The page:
As we all know, the crisis created a major setback. Nonetheless, developing countries had been able to build enough policy protection during the good years so that the damage from the crisis was far less than it might have been. Reflecting the existence of these policy buffers, low-income countries were able—for the first time—to use countercyclical policy to limit the impact of a serious external downturn. Because in many cases sufficient fiscal space had been established, many low-income countries realistically were able to preserve public spending —and in some cases even increase it — at a time when revenue was falling. During 2009, health and education spending rose in real terms in 20 of the 29 low-income countries in sub-Saharan Africa in 2009.
This developing country response is one of the few bright spots in the wake of the crisis. And it gives reason to hope that they may see a quicker bounce-back than in past crises, meaning less damage to key MDGs.
All this is good news. But we need to keep things in perspective. The crisis made things worse, not better. Millions were thrown back into poverty. That is just a fact. For others, an escape from poverty has been delayed, at best. To resume progress toward the MDGs, what is needed is a speedy return to the pre-crisis path of rapid growth, especially pro-poor growth and inclusive growth.
To get there, there must be a sense of shared responsibility—between the developing countries themselves, as well as the emerging and advanced economies. International institutions –including the IMF—together with regional and bilateral partners need to play an appropriately supportive role.
First and foremost, the advanced and emerging economies must continue to focus on securing a sustainable global recovery. At present, the recovery is proceeding, although the advanced economy recovery is no better than moderate, while downside risks remain apparent. As we have emphasized many times, a satisfactory global recovery will require rebalancing in two dimensions. First, primacy in advanced economy growth will need to be passed back successfully to the private sector as public demand growth is scaled back. Secondly, the relative focus of demand growth will have to be rebalanced between surplus and deficit economies. In other words, economies exhibiting sustained external surpluses will need to find ways to spur domestic demand growth—perhaps in some cases through enhanced social safety nets—while those with large deficits will need to rely relatively more than previously on net exports and business investment. At the same time, restoring the health of the financial sector is a necessary condition for restoring global growth.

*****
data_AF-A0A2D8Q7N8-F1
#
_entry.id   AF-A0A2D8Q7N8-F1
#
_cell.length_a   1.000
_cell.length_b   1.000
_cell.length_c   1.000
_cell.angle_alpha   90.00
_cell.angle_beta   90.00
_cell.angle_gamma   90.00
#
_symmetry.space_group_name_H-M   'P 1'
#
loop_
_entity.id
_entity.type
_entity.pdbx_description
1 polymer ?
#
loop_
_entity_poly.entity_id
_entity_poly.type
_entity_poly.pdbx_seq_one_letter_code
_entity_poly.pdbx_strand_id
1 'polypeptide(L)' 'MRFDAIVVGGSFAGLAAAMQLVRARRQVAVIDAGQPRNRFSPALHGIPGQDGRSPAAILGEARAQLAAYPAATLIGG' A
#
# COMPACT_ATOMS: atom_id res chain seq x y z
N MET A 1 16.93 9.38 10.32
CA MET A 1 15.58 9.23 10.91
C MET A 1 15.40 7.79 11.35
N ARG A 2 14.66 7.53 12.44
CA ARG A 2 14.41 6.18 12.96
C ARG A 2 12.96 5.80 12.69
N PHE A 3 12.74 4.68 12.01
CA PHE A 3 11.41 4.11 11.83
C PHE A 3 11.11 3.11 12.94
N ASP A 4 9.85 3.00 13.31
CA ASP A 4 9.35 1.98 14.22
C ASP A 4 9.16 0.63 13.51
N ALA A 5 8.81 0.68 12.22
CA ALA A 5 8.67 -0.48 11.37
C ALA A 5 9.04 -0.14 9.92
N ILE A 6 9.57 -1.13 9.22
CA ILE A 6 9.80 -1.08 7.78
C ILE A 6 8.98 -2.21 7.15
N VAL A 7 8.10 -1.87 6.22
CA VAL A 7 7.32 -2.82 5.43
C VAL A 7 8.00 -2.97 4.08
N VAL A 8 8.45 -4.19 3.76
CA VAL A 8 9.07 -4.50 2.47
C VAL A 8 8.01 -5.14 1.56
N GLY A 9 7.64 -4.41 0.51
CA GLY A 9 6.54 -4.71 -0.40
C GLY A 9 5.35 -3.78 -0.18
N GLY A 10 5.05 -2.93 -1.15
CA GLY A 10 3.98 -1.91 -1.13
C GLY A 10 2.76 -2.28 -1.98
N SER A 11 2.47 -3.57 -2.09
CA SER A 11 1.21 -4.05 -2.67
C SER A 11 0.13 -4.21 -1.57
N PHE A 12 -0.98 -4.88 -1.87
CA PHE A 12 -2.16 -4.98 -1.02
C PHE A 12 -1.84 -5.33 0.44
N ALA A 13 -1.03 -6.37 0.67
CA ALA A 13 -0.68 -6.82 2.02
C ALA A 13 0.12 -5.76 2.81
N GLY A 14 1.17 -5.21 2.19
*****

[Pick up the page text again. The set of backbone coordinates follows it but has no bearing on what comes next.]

These are serious challenges, and if they are to be met successfully, it must be in the cooperative spirit that worked so well during the crisis. Analysis undertaken by the IMF for the G20 has shown that cooperative action in the coming years could produce real results—boosting world growth by 2½ percentage points over five years, creating 30 million new jobs, and lifting tens of millions more out of poverty. Cooperation can’t be just a mantra when there are such outcomes at stake.
Of course, advanced economies can help in other ways as well. Even with tight domestic budgets, it will be important that the Gleneagles promises on aid are kept, helping to finance the massive infrastructure needs and the response to climate change in developing countries.
Advanced countries also can support trade, by dismantling those walls that block exports from poorer countries. As was demonstrated by the Commission on Growth and Development, open-economy policies have underpinned every example of sustained rapid growth in developing economies. Exports have the ability to unleash a wave of productivity and growth in developing countries.